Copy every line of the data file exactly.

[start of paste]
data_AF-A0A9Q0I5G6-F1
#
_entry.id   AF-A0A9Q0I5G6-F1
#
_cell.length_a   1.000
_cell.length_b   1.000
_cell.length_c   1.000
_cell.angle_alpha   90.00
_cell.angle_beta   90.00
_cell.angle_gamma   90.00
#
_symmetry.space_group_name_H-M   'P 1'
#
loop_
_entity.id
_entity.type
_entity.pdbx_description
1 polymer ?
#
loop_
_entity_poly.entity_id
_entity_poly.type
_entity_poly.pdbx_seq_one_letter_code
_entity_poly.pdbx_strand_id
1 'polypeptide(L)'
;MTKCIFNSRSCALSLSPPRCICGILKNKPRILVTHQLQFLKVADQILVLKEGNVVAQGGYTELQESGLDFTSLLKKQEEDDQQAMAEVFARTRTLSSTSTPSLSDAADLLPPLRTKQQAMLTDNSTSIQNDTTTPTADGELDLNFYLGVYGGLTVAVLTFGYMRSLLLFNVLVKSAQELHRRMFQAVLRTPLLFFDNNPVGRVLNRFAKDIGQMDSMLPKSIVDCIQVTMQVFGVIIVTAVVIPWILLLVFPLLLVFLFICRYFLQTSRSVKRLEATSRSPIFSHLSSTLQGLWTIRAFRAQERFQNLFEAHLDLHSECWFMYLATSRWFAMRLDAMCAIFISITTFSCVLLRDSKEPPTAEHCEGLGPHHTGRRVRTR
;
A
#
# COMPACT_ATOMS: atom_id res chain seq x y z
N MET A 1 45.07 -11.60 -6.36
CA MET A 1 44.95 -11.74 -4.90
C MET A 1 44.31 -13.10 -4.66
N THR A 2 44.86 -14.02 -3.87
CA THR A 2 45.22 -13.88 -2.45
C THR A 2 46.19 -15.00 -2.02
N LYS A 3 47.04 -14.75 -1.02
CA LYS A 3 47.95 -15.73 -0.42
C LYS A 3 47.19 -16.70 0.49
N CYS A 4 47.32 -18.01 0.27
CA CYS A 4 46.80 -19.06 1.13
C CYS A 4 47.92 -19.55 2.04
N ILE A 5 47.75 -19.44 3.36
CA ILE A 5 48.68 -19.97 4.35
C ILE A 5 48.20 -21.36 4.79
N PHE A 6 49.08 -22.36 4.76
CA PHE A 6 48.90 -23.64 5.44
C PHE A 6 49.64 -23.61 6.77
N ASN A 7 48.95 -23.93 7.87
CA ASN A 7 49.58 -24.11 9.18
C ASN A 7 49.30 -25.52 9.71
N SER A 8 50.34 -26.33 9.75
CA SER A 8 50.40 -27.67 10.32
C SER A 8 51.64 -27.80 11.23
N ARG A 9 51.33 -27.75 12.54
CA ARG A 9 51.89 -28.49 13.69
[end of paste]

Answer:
data_AF-A0A9Q0I5G6-F1
#
_entry.id   AF-A0A9Q0I5G6-F1
#
_cell.length_a   1.000
_cell.length_b   1.000
_cell.length_c   1.000
_cell.angle_alpha   90.00
_cell.angle_beta   90.00
_cell.angle_gamma   90.00
#
_symmetry.space_group_name_H-M   'P 1'
#
loop_
_entity.id
_entity.type
_entity.pdbx_description
1 polymer ?
#
loop_
_entity_poly.entity_id
_entity_poly.type
_entity_poly.pdbx_seq_one_letter_code
_entity_poly.pdbx_strand_id
1 'polypeptide(L)'
;MTKCIFNSRSCALSLSPPRCICGILKNKPRILVTHQLQFLKVADQILVLKEGNVVAQGGYTELQESGLDFTSLLKKQEEDDQQAMAEVFARTRTLSSTSTPSLSDAADLLPPLRTKQQAMLTDNSTSIQNDTTTPTADGELDLNFYLGVYGGLTVAVLTFGYMRSLLLFNVLVKSAQELHRRMFQAVLRTPLLFFDNNPVGRVLNRFAKDIGQMDSMLPKSIVDCIQVTMQVFGVIIVTAVVIPWILLLVFPLLLVFLFICRYFLQTSRSVKRLEATSRSPIFSHLSSTLQGLWTIRAFRAQERFQNLFEAHLDLHSECWFMYLATSRWFAMRLDAMCAIFISITTFSCVLLRDSKEPPTAEHCEGLGPHHTGRRVRTR
;
A
#
# COMPACT_ATOMS: atom_id res chain seq x y z
N MET A 1 45.07 -11.60 -6.36
CA MET A 1 44.95 -11.74 -4.90
C MET A 1 44.31 -13.10 -4.66
N THR A 2 44.86 -14.02 -3.87
CA THR A 2 45.22 -13.88 -2.45
C THR A 2 46.19 -15.00 -2.02
N LYS A 3 47.04 -14.75 -1.02
CA LYS A 3 47.95 -15.73 -0.42
C LYS A 3 47.19 -16.70 0.49
N CYS A 4 47.32 -18.01 0.27
CA CYS A 4 46.80 -19.06 1.13
C CYS A 4 47.92 -19.55 2.04
N ILE A 5 47.75 -19.44 3.36
CA ILE A 5 48.68 -19.97 4.35
C ILE A 5 48.20 -21.36 4.79
N PHE A 6 49.08 -22.36 4.76
CA PHE A 6 48.90 -23.64 5.44
C PHE A 6 49.64 -23.61 6.77
N ASN A 7 48.95 -23.93 7.87
CA ASN A 7 49.58 -24.11 9.18
C ASN A 7 49.30 -25.52 9.71
N SER A 8 50.34 -26.33 9.75
CA SER A 8 50.40 -27.67 10.32
C SER A 8 51.64 -27.80 11.23
N ARG A 9 51.33 -27.75 12.54
CA ARG A 9 51.89 -28.49 13.69